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Pelvic exams, Pap tests not required routinely to screen for sexually transmissible infections
Pelvic exams, Pap tests not required routinely to screen for sexually transmissible infections

Study focuses on young women getting unnecessary pelvic exams

ANI | Updated: Jan 07, 2020 20:16 IST


Washington D.C. [USA], Jan 7 (ANI): Routine pelvic examinations and cervical cancer screenings are no longer recommended for most females under age 21, but a new study has found that millions of young women are unnecessarily undergoing these tests, which can lead to false-positive testing, over-treatment, anxiety and needless expenses.
Researchers at UC San Francisco and the Centers for Disease Control and Prevention (CDC) estimated that 1.4 million pelvic examinations and 1.6 million Pap tests performed on US females between the ages of 15 to 20 years in a single year may have been medically unnecessary.
The findings suggest that despite professional guidelines and recommendations against routine pelvic examinations and Pap tests in this age group, there's a critical lag in clinical practice. The estimated cost of these unnecessary exams was approximately USD 123 million a year. The study was published in the journal JAMA Internal Medicine.
"Recent media reports have called attention to inappropriate gynecologic examinations in young women," said senior author George F. Sawaya, MD, professor of Obstetrics, Gynecology and Reproductive Sciences at UCSF and director of the UCSF Center for Healthcare Value.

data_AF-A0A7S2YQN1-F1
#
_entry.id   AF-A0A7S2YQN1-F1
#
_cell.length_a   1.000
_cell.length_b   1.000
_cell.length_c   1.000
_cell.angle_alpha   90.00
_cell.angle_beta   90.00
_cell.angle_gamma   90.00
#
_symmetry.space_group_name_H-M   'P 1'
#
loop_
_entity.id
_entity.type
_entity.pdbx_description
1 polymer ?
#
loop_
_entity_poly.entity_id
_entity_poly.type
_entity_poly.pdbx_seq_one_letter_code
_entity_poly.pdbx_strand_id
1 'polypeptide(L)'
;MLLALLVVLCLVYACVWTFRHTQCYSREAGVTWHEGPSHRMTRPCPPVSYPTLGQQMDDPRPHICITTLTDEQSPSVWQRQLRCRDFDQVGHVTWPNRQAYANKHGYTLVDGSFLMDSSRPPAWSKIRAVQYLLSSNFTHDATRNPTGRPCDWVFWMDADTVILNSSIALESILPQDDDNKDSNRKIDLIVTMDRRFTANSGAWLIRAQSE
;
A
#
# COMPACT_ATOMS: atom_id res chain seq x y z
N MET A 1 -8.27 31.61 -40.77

"Parents of adolescents and young women should be aware that cervical cancer screening is not recommended routinely in this age group. Pelvic exams are not necessary prior to get most contraceptives and are often not needed to screen for sexually transmissible infections," Sawaya said.
Cervical cancer screening is not recommended for individuals under age 21, according to the U.S. Preventive Services Task Force, the American College of Obstetricians and Gynecologists, and the American Cancer Society. Additionally, leading professional organizations recommend against performing pelvic examinations in asymptomatic women who are not pregnant.
The new analysis was intended to estimate how often pelvic examinations and Pap tests occurred among young women in the U.S., as well as the proportion that was potentially unnecessary. The population-based study used data from 2011 to 2017.
The investigators estimated that of approximately 2.6 million young women who received a pelvic exam during the previous year, more than half (54.4 per cent) were potentially unnecessary, representing an estimated 1.4 million young women.
Young women who had been screened for a sexually transmitted infection were 3.8 times more likely to receive a Pap test and 60 per cent more likely to receive a pelvic examination, compared with those who had not been screened.
Similarly, young women who used hormonal contraception other than IUD were 75 per cent more likely to receive a Pap test and 31 per cent more likely to receive a pelvic examination, compared with those who did not use those contraception methods.
"This study suggests that healthcare providers and young women need to communicate clearly and often about the best time for these tests," said first author Jin Qin, ScD, an epidemiologist with Division of Cancer Prevention and Control at the Centers for Disease Control and Prevention. (ANI)

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